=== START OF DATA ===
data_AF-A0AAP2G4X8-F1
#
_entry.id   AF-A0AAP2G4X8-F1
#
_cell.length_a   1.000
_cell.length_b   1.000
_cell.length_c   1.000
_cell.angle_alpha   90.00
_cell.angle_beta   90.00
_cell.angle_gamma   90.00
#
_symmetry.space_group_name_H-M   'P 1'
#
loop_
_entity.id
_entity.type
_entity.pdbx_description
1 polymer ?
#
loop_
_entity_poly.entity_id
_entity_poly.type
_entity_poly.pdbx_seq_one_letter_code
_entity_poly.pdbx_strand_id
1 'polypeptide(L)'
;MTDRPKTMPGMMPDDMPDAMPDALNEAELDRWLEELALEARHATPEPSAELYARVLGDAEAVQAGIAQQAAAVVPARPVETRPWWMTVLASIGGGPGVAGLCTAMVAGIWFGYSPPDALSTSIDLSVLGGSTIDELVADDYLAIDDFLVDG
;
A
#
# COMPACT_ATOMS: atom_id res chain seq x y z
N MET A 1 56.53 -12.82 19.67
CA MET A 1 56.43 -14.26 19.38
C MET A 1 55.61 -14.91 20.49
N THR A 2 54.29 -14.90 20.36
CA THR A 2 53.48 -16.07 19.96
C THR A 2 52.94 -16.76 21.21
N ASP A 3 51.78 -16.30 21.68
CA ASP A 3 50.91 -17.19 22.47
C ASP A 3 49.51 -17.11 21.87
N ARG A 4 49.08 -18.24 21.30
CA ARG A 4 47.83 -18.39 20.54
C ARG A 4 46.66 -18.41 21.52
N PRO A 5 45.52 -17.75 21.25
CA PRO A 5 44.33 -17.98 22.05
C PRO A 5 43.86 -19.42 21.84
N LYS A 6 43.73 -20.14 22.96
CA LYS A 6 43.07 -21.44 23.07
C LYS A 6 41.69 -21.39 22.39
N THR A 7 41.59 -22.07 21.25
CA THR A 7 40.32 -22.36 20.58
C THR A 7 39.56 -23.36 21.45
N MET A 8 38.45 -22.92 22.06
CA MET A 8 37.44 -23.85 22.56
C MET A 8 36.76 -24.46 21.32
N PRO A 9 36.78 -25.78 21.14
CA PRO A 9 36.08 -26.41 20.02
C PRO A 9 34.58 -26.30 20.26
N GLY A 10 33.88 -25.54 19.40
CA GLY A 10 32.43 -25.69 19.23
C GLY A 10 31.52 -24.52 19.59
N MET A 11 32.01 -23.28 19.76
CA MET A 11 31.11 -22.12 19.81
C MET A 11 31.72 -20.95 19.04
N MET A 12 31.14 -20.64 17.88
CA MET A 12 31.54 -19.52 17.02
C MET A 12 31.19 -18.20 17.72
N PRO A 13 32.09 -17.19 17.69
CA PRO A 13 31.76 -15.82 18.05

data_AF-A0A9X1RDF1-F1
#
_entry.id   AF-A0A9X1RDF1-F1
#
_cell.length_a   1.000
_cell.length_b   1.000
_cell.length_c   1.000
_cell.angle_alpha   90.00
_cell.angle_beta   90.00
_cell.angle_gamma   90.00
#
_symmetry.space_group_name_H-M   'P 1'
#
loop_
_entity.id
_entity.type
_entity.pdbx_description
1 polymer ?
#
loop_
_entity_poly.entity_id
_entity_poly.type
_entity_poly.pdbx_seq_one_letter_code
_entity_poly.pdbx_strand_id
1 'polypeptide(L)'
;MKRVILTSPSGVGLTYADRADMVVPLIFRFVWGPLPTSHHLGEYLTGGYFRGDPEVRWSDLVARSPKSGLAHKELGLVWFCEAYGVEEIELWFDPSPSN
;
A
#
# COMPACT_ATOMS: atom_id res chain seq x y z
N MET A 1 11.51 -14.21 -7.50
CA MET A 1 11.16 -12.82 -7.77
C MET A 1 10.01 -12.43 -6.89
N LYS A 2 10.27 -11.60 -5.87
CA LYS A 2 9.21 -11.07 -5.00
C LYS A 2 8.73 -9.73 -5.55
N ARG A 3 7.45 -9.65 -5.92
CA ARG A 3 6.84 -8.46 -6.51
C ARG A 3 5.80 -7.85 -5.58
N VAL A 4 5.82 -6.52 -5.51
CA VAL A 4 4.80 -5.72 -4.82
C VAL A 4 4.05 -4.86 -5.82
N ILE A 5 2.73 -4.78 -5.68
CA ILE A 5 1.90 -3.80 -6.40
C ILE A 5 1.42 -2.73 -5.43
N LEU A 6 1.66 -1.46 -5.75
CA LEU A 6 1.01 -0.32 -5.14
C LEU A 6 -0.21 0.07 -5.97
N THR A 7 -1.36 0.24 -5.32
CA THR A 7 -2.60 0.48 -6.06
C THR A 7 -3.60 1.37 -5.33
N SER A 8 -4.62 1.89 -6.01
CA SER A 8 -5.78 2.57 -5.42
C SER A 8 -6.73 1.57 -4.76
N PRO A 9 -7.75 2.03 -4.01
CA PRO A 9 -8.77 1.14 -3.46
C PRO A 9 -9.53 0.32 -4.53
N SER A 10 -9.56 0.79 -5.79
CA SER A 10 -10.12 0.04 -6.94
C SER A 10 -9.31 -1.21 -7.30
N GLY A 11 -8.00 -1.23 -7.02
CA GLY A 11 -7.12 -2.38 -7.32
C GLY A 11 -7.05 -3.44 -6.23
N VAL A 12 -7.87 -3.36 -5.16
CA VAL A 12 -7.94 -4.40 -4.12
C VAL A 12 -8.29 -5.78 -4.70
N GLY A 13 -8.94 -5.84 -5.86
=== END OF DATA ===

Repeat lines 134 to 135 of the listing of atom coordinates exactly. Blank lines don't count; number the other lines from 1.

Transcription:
C VAL A 12 -8.29 -5.78 -4.70
N GLY A 13 -8.94 -5.84 -5.86